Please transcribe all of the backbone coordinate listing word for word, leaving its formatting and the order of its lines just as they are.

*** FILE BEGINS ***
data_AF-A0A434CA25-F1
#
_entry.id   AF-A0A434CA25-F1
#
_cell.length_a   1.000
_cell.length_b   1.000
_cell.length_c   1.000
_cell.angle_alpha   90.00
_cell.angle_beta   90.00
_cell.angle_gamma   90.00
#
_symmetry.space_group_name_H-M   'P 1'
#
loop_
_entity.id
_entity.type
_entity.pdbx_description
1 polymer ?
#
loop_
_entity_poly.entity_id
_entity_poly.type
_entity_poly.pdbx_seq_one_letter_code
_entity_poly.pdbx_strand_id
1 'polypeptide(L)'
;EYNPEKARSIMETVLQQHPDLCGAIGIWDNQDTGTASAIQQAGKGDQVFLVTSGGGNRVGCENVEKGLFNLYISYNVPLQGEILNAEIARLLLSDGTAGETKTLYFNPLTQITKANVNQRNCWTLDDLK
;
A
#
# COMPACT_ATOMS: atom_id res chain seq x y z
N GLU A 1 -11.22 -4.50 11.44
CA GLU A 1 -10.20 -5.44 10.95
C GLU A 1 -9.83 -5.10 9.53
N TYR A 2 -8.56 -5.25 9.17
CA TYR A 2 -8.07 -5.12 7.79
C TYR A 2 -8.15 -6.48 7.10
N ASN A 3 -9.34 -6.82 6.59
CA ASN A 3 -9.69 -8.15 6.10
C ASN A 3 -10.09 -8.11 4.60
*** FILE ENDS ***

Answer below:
data_AF-A0A434CA25-F1
#
_entry.id   AF-A0A434CA25-F1
#
_cell.length_a   1.000
_cell.length_b   1.000
_cell.length_c   1.000
_cell.angle_alpha   90.00
_cell.angle_beta   90.00
_cell.angle_gamma   90.00
#
_symmetry.space_group_name_H-M   'P 1'
#
loop_
_entity.id
_entity.type
_entity.pdbx_description
1 polymer ?
#
loop_
_entity_poly.entity_id
_entity_poly.type
_entity_poly.pdbx_seq_one_letter_code
_entity_poly.pdbx_strand_id
1 'polypeptide(L)'
;EYNPEKARSIMETVLQQHPDLCGAIGIWDNQDTGTASAIQQAGKGDQVFLVTSGGGNRVGCENVEKGLFNLYISYNVPLQGEILNAEIARLLLSDGTAGETKTLYFNPLTQITKANVNQRNCWTLDDLK
;
A
#
# COMPACT_ATOMS: atom_id res chain seq x y z
N GLU A 1 -11.22 -4.50 11.44
CA GLU A 1 -10.20 -5.44 10.95
C GLU A 1 -9.83 -5.10 9.53
N TYR A 2 -8.56 -5.25 9.17
CA TYR A 2 -8.07 -5.12 7.79
C TYR A 2 -8.15 -6.48 7.10
N ASN A 3 -9.34 -6.82 6.59
CA ASN A 3 -9.69 -8.15 6.10
C ASN A 3 -10.09 -8.11 4.60